Green Hope Foundation taps the power and passion of youth to protect the planet
“When I was 7, I saw an image of a dead bird with its stomach full of plastic and that really disturbed me,” says Kehkashan Basu. That's the moment the 19-year-old Founder President of the Green Hope Foundation, counts as the start of her extraordinary bid to do something concrete with her life to protect the planet.
“I decided when I was eight, I was old enough to start doing something on my own, so I planted a tree and there has been no looking back since then,” she said.
The Canada-based Green Hope Foundation was nominated for the 2018 UNESCO-Japan Prize on Education for Sustainable Development for its peer-to-peer approach to educating children and youth across the world about sustainability, the environment and their rights.
At a very early age, Kehkashan - who was then living in Dubai but is now based in Toronto - began talking to peers in schools about what they could do to lead a more sustainable lifestyle. Her profile rapidly grew and she took her first step onto the international stage when she was invited to attend the UNEP Tunza Children and Youth Conference in Indonesia in 2011.
“I was 12 when I went to the Rio+20 Earth Summit in Brazil and I saw that out of 50,000 delegates I was the youngest and there were only 5 others under 18. I really did not like that the summit was preparing for the future without young people who would be most affected. When I returned to Dubai, I started the foundation so young people could give other young people the opportunity and platform to learn about sustainability challenges and mitigate them,” she said.
Online and connected to grassroots
The foundation works as an online international platform uniting more than 1000 young people worldwide who carry out grassroots sustainable development projects in their own communities and meet to share ideas at international conferences and forums. It already has members in 14 different countries with a special focus on marginalized groups including girls, orphans and refugees.
While many young people already committed to the idea of sustainability approach the foundation, it also works to encourage others through its Environment Academies.
“We reach out to schools and talk to students who may not have considered environmental challenges before or may not know what they can do, or have given up hope of making a change,” said Kehkashan. 'We show them the small steps they can take and how each one adds to the global process. When children or youth see someone their own age talking about what they have actually achieved it gives them optimism and hope.”
Community work might include tree-planting, beach clean-ups, waste recycling or conserving fragile eco-systems and endangered species. All of the foundation's work is underpinned with gender equality and peace building.
“We are always trying to bring the Sustainable Development Goals to ground level so people can see that it is possible to work towards those targets,” she said.
The foundation takes an innovative approach to learning, using song, dance, drama and sport, which are particularly effective when working with refugees. Kehkashan has recently worked with Rohingya at a camp in Bangladesh and Syrian refugees in Lebanon.
“When we use creative modes of communication with young people and children, we break the ice faster. If they are not comfortable maybe to stand up and talk or don't have the language of the country they are in, it is easier for them to express themselves through painting, beatboxing, dancing, sport, even making a fashion show,” said Kehkashan.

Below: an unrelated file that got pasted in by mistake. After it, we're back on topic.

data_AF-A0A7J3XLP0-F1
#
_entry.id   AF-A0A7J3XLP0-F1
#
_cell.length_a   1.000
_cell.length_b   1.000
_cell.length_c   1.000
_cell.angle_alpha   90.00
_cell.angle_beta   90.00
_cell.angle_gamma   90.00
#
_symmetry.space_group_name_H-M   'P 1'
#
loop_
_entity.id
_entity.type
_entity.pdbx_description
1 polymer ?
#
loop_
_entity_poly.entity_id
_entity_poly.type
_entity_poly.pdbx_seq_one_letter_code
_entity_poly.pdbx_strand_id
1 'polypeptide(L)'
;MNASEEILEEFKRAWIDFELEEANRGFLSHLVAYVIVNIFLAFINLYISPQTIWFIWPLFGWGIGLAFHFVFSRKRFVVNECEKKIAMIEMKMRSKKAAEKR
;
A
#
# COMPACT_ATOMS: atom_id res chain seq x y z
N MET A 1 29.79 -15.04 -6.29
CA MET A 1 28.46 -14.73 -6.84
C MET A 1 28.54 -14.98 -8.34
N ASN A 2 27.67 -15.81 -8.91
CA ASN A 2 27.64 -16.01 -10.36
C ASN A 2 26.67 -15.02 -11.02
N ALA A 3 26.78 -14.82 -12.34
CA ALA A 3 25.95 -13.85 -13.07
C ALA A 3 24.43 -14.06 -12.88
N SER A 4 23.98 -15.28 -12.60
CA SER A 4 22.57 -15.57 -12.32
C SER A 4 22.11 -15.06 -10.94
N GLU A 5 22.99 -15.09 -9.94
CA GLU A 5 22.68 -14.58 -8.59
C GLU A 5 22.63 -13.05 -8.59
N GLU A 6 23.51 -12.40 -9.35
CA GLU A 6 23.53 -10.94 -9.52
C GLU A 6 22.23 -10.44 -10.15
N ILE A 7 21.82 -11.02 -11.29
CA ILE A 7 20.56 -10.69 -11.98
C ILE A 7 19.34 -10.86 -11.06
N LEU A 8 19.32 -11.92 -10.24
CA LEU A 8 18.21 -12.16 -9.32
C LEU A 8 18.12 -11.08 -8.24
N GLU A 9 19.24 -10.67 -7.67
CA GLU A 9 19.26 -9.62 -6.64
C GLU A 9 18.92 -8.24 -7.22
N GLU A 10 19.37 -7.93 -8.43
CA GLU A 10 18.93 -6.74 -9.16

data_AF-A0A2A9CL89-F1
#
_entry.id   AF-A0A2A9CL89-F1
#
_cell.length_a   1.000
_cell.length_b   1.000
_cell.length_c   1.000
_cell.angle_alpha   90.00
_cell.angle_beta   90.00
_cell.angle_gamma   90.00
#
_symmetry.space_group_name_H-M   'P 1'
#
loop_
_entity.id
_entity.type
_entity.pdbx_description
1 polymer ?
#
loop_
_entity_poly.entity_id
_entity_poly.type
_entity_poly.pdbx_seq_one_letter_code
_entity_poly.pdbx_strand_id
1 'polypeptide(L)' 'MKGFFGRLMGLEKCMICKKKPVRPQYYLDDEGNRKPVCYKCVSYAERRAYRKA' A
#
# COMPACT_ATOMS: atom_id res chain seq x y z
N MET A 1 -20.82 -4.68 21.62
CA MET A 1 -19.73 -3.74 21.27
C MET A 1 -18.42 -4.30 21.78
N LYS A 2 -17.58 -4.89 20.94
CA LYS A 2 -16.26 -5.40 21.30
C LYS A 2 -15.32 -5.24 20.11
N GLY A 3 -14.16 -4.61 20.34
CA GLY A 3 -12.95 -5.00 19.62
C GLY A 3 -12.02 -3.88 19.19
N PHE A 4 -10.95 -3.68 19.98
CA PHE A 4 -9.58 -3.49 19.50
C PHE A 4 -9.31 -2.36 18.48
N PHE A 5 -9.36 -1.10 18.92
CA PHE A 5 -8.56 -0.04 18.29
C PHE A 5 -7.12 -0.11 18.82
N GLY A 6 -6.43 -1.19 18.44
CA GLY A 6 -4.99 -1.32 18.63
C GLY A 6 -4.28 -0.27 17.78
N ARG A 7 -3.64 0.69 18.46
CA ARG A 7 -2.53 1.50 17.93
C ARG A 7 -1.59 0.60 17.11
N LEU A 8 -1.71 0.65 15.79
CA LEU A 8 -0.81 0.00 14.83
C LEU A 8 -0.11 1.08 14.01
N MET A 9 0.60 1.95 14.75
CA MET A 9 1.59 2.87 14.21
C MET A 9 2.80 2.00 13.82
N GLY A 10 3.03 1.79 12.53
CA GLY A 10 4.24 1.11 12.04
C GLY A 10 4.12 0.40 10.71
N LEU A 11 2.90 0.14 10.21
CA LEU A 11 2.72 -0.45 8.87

She has worked also with youth and children in the Sunderbans, the world's largest mangrove forest and an important ecosystem in India and Bangladesh.
“One of the young boys in the group designed and presented a tee-shirt that he had painted and which expressed how he wanted to ensure his home and life were sustainable,” said Kehkashan. “He said he was going to tell his parents not to throw waste in the river that flowed right outside their house and to use organic waste for compost.”
In Bali recently she spoke to children at an orphanage who had lost their parents in the 2002 bombings.
“They came up with a project to plant trees which involved them researching the soil, the best type of trees and season to plant,” she said. “They undertook the entire project including digging in the trees and now their orphanage is circled by their handiwork.”
Integration in school curricula
Currently the foundation adds education for sustainable development (ESD) on a made-to-measure basis but Kehkashan plans for it to be an integral part of school curricula too.
“This is not just an add-on for an enthusiastic teacher or student. Every child should learn about the environment and sustainability,” she said.
Her foundation, which has over 1,000 members across Canada, USA, the Middle East, Suriname, India and Nepal, ensures that agenda-setting and policy-making are also part of the package provided to young people but she believes most strongly in individual grassroots action.
Now an undergraduate in Environmental Studies at the University of Toronto, Kehkashan, who is already a UN Human Rights Champion and winner of the 2016 International Children's Peace Prize and a host of other awards, has two main goals.
“I want to continue to be involved with every one of the foundation's global actions and ensure every single person adopts sustainable living,” she says....”and I want to be the first female UN Secretary General.”
Education for Sustainable Development empowers people with the knowledge, skills, attitudes, values and behaviour needed to think and act for a sustainable future. It is also about including sustainable development issues, such as climate change and biodiversity into teaching and learning. UNESCO promotes ESD at all levels and in all social contexts through its Global Action Programme.